Canfranc International Railway, in the Spanish municipality of Canfranc, near the French border, was once a gigantic, opulent railway station situated in the Spanish Pyrenees.
Since the 1970s, however, the huge, palace-like building has been abandoned — but plans have been proposed by the local government in Aragon to refurbish the building to its former glory.
The station was opened by King Alfonso XIII in 1928, and features over 300 large windows, intricate plaster detail and art deco designs. The enormous station has a main building that is over 787 feet long.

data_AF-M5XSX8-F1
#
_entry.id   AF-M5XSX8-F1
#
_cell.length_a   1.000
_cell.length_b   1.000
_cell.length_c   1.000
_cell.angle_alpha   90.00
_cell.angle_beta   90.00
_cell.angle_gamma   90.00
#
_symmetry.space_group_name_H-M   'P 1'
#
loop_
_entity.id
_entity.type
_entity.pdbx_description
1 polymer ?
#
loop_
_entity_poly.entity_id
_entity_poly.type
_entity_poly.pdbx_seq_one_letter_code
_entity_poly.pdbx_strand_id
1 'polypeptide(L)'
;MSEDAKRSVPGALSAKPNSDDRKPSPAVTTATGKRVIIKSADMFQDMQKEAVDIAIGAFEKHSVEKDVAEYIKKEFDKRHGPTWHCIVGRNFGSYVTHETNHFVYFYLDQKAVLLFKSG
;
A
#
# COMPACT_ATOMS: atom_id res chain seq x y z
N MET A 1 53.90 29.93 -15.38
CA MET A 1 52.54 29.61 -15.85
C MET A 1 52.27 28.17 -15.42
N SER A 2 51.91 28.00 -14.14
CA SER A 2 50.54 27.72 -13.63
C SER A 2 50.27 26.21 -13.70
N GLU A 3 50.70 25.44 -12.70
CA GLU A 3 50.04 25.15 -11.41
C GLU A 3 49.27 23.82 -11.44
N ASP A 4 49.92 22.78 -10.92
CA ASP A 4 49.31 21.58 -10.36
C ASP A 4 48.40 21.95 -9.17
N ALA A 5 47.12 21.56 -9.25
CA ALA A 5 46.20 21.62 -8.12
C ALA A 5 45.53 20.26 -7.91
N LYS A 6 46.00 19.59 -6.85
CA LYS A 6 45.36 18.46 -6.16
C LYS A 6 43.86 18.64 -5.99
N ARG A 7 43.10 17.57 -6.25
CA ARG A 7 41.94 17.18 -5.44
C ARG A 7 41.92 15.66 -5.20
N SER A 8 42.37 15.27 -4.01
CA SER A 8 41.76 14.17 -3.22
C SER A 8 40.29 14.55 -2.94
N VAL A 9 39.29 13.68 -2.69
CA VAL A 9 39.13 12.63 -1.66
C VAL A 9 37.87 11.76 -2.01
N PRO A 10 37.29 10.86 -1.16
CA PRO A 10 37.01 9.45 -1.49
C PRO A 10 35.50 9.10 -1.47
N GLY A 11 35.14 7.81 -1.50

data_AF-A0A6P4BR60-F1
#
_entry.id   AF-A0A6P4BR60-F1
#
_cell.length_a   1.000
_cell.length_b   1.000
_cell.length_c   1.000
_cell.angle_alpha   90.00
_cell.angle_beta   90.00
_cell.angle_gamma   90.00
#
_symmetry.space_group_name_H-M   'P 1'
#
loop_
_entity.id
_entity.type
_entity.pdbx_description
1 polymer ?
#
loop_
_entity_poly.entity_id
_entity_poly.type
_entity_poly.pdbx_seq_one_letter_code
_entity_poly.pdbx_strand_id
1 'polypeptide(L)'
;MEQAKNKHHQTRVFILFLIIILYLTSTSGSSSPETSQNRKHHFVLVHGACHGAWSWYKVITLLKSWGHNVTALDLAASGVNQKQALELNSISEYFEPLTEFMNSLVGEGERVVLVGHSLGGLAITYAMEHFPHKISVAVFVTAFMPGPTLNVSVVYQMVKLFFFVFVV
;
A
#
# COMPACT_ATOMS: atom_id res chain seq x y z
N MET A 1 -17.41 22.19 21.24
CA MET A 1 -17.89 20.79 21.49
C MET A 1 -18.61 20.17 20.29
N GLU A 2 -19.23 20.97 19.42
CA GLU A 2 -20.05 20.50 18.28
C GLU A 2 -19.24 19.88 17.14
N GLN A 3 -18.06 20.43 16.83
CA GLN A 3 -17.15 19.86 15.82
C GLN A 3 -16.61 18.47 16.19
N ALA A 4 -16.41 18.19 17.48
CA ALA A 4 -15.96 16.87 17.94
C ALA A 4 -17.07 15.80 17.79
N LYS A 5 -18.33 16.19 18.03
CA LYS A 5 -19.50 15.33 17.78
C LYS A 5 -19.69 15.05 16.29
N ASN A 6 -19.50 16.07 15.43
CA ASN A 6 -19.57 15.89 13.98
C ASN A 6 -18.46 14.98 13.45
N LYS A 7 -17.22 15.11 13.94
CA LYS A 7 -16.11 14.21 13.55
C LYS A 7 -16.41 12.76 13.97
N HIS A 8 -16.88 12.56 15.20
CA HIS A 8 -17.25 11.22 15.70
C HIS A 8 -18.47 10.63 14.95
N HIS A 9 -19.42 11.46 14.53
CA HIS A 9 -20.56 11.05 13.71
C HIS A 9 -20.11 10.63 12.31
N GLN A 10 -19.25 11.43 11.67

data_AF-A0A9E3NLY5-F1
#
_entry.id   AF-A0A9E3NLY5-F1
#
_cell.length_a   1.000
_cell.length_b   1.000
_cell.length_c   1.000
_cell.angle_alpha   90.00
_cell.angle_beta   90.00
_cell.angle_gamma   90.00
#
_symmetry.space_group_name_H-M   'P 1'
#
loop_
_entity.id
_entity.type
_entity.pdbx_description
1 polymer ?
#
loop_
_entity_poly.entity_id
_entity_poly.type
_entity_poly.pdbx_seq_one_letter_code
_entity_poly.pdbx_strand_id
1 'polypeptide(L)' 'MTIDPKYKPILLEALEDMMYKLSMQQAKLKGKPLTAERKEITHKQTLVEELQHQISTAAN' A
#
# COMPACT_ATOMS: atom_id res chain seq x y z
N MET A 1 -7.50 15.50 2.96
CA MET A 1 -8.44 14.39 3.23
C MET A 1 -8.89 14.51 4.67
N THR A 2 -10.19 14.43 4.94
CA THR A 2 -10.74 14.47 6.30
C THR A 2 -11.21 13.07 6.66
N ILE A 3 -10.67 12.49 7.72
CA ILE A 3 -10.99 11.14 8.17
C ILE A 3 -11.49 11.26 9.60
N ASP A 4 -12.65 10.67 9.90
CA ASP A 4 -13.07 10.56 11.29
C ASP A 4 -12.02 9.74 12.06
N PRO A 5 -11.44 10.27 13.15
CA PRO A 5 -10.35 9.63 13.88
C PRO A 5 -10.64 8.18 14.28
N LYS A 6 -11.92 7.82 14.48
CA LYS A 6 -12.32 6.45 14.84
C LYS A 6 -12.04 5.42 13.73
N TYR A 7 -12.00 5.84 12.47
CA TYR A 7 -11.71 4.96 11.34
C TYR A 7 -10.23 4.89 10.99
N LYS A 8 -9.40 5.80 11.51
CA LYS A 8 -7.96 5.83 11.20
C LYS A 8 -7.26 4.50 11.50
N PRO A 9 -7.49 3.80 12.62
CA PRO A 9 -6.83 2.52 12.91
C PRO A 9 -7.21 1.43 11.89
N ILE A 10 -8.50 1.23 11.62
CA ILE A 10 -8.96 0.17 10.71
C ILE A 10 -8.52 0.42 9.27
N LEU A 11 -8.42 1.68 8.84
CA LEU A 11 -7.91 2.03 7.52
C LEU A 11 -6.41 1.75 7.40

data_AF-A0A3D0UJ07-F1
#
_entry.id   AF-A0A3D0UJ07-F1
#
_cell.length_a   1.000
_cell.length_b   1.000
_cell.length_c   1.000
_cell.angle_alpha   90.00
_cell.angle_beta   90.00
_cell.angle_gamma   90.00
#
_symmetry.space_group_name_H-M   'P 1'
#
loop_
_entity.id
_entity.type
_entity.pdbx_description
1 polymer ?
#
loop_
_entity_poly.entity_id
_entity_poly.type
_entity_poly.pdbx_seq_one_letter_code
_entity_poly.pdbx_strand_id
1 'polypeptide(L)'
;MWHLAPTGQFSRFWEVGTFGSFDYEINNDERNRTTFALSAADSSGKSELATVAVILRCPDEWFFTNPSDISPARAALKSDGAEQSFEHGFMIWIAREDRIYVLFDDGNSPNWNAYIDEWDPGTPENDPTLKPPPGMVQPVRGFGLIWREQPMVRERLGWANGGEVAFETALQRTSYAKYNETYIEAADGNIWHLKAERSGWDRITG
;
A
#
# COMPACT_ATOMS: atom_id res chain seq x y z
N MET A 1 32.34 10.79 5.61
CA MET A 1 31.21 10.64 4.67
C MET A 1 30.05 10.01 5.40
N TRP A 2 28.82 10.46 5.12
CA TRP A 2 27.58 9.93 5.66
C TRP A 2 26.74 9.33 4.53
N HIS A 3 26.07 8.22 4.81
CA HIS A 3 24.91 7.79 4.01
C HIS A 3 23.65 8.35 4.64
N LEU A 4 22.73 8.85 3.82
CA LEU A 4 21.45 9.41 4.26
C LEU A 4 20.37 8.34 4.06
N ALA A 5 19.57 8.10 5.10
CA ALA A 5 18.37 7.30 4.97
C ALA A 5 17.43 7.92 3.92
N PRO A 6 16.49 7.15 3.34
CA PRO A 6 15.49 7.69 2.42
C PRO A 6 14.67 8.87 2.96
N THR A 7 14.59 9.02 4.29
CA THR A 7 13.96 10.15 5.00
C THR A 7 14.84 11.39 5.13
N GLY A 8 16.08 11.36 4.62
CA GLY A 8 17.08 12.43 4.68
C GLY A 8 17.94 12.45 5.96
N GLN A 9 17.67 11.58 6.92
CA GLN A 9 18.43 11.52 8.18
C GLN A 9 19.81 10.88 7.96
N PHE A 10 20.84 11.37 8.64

During World War II, the station was used by allied soldiers and Jewish people to escape into Spain.
Recently, there has been a surge in small tours through the station’s underground tunnels. According to Lonely Planet, more than 100,000 people have visited the site in the last four years, which must have been one of the reasons the local government decided to bring the building back to life, so to speak.
At the moment, there are two daily trains that run to Canfranc. For more information on the guided tours at Canfranc, travelers can visit the historical location’s official website.